How Are Toy Soldiers Made?
Over the years, companies have produced plastic, wood, and metal toy soldiers. One of the most common styles is army men, the inexpensive, unpainted, molded plastic mini figures. Composition soldiers consist of a combination of sawdust and glue. Dimestore toys are cast in iron. Hollowcast toys are formed using a molding method that uses a lead alloy and results in a hollow figure. There are even paper soldiers, which are printed images mounted on wooden blocks. Modern collectible soldiers are cast metal and painted by hand to a high standard for display purposes.
What Are The Scale Sizes For Toy Soldiers?
One of the most common toy soldier scales is 1:32, popularized by the British toymaker W. Britain. American dimestore figures, sold individually at five and dime stores from the 1920s to the 1950s, are slightly larger, at 1:24 scale. For wargamers and roleplayers, model sizes range from 20 mm (0.78 inch) to 35 mm (1.37 inch); however, it is sometimes difficult to judge the size based on the advertised scale, as different companies use different measuring methods. For example, some companies measure height from feet to eyes, rather than from feet to the top of the head. ""Heroic scale"" is a term used by gamers to describe miniatures designed for 28 mm (1.1 inch) scale, but which are larger than 28 mm and represent important figures such as heroes.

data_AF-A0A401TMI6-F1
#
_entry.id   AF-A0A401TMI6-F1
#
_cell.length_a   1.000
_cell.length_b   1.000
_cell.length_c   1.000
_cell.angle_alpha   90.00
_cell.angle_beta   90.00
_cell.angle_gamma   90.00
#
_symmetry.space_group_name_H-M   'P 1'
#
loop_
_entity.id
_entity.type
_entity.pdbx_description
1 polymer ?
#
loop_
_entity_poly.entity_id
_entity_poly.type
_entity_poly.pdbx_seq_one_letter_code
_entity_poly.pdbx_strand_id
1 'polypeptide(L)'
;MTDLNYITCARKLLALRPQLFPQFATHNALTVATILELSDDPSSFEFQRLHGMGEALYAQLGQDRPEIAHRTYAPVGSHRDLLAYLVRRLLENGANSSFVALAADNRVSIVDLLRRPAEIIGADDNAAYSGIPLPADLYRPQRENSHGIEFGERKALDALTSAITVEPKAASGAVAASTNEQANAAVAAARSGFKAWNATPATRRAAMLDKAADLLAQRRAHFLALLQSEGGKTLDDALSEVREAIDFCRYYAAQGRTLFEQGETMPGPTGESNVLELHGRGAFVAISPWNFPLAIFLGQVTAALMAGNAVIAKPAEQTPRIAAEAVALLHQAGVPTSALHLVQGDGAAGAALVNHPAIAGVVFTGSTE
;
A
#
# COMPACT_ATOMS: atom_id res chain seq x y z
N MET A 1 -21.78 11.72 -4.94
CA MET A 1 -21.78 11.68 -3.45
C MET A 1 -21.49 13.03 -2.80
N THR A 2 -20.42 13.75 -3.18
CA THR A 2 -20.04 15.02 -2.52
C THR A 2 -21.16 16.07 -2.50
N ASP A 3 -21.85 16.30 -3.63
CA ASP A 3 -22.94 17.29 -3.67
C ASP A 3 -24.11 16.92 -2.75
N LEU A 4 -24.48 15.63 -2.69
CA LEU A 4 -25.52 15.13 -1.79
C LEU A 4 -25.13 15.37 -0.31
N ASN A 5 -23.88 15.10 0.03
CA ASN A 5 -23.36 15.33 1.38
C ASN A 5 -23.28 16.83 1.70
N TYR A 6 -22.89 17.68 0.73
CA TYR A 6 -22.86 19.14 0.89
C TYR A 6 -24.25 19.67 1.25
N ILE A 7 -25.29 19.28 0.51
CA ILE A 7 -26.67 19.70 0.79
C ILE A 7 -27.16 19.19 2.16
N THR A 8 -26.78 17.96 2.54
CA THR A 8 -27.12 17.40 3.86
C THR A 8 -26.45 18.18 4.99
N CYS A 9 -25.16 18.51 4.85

What Games Can You Play With Toy Soldiers?
Besides imaginative games, many companies produce war games and roleplaying games that allow people to use toy soldiers within a framework of rules to have epic adventures or large-scale wars on the living room floor. The idea of using toy soldiers in games dates back to 1913, when H.G. Wells published "Little Wars", a set of guidelines for playing war games. This book is the forerunner of modern wargaming.